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Old 06-04-2013, 02:02 PM
 
Location: Crooklyn, New York
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Quote:
Originally Posted by Katiana View Post
But Denver is better than Pittsburgh for transit.
That may very well be true. I haven't lived in either. Why do you suppose, however, that more people are living car free in Pittsburgh?
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Old 06-04-2013, 02:06 PM
 
Location: Foot of the Rockies
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Quote:
Originally Posted by BajanYankee View Post
That may very well be true. I haven't lived in either. Why do you suppose, however, that more people are living car free in Pittsburgh?
Off the top of my head:

More poverty/low income people there

Less interest in going to the mountains, the ski areas, etc. While one can get to the mountains (actually foothills) of eastern Jefferson County, CO on the RTD, to get any farther into the wilderness, one needs a car. The only ski area accessible by RTD, by virtue of it being the only ski area in the RTD, is Eldora. There used to be a train to Winter Park from downtown Denver, but no more, though there's talk of reviving it. To go to Vail, Breck, Copper Mtn, etc, one needs a car, a friend who has one, or a charter bus.
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Old 06-04-2013, 02:23 PM
 
Location: Crooklyn, New York
28,304 posts, read 26,308,417 times
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Quote:
Originally Posted by Katiana View Post
Off the top of my head:

More poverty/low income people there

Less interest in going to the mountains, the ski areas, etc. While one can get to the mountains (actually foothills) of eastern Jefferson County, CO on the RTD, to get any farther into the wilderness, one needs a car. The only ski area accessible by RTD, by virtue of it being the only ski area in the RTD, is Eldora. There used to be a train to Winter Park from downtown Denver, but no more, though there's talk of reviving it. To go to Vail, Breck, Copper Mtn, etc, one needs a car, a friend who has one, or a charter bus.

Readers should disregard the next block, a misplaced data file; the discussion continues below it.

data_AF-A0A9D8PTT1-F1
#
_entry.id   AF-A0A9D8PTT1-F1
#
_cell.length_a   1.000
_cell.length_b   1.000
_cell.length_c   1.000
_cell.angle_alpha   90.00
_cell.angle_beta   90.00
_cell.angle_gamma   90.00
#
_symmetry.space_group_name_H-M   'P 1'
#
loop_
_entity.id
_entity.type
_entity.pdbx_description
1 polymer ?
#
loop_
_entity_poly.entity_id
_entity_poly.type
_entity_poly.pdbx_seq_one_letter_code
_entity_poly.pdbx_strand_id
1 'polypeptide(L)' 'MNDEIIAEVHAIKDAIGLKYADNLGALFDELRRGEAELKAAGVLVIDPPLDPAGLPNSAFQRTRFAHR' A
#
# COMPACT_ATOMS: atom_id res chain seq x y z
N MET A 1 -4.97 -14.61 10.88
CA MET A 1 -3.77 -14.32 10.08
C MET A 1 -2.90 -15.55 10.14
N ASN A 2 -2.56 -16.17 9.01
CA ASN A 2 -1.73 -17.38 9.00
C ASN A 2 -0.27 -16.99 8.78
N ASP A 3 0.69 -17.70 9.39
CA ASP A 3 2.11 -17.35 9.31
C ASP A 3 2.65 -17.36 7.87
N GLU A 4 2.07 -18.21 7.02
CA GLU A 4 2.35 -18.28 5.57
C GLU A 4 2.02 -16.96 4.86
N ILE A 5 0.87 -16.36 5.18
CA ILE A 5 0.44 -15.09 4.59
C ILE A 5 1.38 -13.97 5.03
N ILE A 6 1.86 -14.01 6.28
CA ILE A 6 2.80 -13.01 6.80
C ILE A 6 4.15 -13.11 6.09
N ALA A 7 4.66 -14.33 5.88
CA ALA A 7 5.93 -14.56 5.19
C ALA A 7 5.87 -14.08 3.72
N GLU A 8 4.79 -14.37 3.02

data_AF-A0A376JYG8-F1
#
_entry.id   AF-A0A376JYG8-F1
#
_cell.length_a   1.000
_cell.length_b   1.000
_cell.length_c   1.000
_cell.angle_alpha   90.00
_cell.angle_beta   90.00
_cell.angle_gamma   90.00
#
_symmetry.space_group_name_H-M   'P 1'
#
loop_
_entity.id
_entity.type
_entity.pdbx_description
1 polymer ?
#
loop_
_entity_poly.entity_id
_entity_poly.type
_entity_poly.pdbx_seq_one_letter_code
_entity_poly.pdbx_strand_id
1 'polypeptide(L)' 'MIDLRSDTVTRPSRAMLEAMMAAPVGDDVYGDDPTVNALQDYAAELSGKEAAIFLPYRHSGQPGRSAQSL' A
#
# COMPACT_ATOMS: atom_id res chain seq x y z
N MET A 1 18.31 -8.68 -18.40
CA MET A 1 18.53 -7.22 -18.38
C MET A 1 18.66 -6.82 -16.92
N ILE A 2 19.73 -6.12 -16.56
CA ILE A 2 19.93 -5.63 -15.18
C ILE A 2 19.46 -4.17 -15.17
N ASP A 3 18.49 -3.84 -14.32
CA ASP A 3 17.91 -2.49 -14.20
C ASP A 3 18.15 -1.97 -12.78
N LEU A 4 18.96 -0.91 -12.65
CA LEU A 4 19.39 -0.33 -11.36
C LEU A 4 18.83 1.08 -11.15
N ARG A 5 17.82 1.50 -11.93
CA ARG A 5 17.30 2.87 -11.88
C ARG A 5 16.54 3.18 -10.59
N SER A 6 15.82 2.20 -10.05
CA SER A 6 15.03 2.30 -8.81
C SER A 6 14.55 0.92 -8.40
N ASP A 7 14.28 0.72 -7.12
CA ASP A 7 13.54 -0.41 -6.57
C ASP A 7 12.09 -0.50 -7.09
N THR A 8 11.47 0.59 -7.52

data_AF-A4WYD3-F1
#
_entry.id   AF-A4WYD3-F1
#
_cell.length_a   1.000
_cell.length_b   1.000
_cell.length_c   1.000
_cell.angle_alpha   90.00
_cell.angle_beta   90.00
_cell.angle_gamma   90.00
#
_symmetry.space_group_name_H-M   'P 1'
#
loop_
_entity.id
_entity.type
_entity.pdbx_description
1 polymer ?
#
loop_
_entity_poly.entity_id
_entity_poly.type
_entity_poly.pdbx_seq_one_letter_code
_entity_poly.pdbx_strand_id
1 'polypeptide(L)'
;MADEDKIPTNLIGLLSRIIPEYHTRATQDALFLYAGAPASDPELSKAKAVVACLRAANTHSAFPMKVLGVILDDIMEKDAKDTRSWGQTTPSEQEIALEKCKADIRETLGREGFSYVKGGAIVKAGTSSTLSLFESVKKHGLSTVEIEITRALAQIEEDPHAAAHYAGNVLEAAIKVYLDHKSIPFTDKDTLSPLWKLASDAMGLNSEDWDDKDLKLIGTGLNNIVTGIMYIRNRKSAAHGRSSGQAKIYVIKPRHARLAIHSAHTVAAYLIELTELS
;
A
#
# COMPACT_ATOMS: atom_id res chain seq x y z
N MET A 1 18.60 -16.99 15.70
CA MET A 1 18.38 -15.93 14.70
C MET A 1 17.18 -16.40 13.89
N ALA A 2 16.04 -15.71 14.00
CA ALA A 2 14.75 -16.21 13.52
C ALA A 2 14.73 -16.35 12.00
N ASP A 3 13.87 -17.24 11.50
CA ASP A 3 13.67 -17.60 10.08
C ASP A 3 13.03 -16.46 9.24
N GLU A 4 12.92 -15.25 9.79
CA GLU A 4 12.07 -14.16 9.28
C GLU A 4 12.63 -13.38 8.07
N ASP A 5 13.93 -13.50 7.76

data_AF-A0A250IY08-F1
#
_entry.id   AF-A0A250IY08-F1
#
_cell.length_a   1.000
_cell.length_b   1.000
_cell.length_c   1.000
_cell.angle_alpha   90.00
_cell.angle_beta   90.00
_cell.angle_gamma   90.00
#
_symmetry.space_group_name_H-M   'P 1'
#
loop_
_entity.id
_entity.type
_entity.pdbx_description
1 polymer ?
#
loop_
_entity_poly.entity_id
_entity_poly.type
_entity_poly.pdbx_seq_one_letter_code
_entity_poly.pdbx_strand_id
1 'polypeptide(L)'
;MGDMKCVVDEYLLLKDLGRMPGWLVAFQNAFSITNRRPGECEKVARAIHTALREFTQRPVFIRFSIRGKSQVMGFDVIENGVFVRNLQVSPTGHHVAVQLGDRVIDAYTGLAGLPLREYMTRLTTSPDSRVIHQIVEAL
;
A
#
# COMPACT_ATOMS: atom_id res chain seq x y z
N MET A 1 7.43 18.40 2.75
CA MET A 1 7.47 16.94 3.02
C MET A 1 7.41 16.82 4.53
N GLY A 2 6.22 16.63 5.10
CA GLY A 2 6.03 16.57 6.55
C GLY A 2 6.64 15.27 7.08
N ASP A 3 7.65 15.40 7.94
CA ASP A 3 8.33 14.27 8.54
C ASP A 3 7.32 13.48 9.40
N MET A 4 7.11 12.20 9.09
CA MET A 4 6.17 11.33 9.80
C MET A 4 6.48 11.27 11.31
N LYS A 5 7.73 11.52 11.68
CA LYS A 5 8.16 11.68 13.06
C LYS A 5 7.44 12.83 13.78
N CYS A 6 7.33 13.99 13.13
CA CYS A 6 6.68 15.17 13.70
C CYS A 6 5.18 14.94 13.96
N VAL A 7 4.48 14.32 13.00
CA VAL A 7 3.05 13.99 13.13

Hmm...I would have figured Pittsburgh would have more people living car free because it's more walkable. I don't consider either city to be all that transit-oriented. But Pittsburgh seemed to have the more walkable core of the two.
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Old 06-04-2013, 02:42 PM
 
Location: Foot of the Rockies
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Quote:
Originally Posted by BajanYankee View Post
Hmm...I would have figured Pittsburgh would have more people living car free because it's more walkable. I don't consider either city to be all that transit-oriented. But Pittsburgh seemed to have the more walkable core of the two.
Seriously? Everything in Pittsburgh is either uphill or downhill from where you start. It's an extremely hilly city. It doesn't get *that* cold there, but it rains a lot. It snows on snow there. Denver, the city, is fairly flat, and there are many more sunny days and pleasant weather there.
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Old 06-04-2013, 02:53 PM
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Location: Long Island / NYC
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Eh. I actually find hills a plus for walkability. I like good views. I've lived in worse climates than Pittsburgh without a car, and it didn't seem to interfere either. Hills have more of an effect for bikeability, though the time I lived in a hilly town I learned to cope.
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Old 06-04-2013, 03:04 PM
 
Location: Crooklyn, New York
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Quote:
Originally Posted by Katiana View Post
Seriously? Everything in Pittsburgh is either uphill or downhill from where you start. It's an extremely hilly city. It doesn't get *that* cold there, but it rains a lot. It snows on snow there. Denver, the city, is fairly flat, and there are many more sunny days and pleasant weather there.